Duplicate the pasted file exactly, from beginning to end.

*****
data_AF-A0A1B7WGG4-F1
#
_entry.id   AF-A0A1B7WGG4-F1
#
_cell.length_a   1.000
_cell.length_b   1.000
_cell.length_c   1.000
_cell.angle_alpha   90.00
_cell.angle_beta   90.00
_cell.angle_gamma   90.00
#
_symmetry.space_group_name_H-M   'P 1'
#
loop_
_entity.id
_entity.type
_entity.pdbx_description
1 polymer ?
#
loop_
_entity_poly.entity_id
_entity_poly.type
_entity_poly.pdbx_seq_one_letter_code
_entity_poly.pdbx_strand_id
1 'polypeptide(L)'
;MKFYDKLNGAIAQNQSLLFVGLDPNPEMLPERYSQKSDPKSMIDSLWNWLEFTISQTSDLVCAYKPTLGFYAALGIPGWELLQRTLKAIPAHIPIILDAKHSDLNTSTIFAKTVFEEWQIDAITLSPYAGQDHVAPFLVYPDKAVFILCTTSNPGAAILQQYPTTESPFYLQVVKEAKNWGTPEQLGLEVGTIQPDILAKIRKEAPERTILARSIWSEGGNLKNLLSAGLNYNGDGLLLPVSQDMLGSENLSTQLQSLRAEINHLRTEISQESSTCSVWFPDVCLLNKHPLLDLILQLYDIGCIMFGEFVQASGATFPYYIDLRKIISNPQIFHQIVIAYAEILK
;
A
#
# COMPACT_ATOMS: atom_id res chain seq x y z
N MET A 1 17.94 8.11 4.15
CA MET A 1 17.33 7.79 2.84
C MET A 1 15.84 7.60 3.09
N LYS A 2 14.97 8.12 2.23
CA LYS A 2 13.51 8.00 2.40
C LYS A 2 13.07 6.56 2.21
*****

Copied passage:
data_AF-A0A1B7WGG4-F1
#
_entry.id   AF-A0A1B7WGG4-F1
#
_cell.length_a   1.000
_cell.length_b   1.000
_cell.length_c   1.000
_cell.angle_alpha   90.00
_cell.angle_beta   90.00
_cell.angle_gamma   90.00
#
_symmetry.space_group_name_H-M   'P 1'
#
loop_
_entity.id
_entity.type
_entity.pdbx_description
1 polymer ?
#
loop_
_entity_poly.entity_id
_entity_poly.type
_entity_poly.pdbx_seq_one_letter_code
_entity_poly.pdbx_strand_id
1 'polypeptide(L)'
;MKFYDKLNGAIAQNQSLLFVGLDPNPEMLPERYSQKSDPKSMIDSLWNWLEFTISQTSDLVCAYKPTLGFYAALGIPGWELLQRTLKAIPAHIPIILDAKHSDLNTSTIFAKTVFEEWQIDAITLSPYAGQDHVAPFLVYPDKAVFILCTTSNPGAAILQQYPTTESPFYLQVVKEAKNWGTPEQLGLEVGTIQPDILAKIRKEAPERTILARSIWSEGGNLKNLLSAGLNYNGDGLLLPVSQDMLGSENLSTQLQSLRAEINHLRTEISQESSTCSVWFPDVCLLNKHPLLDLILQLYDIGCIMFGEFVQASGATFPYYIDLRKIISNPQIFHQIVIAYAEILK
;
A
#
# COMPACT_ATOMS: atom_id res chain seq x y z
N MET A 1 17.94 8.11 4.15
CA MET A 1 17.33 7.79 2.84
C MET A 1 15.84 7.60 3.09
N LYS A 2 14.97 8.12 2.23
CA LYS A 2 13.51 8.00 2.40
C LYS A 2 13.07 6.56 2.21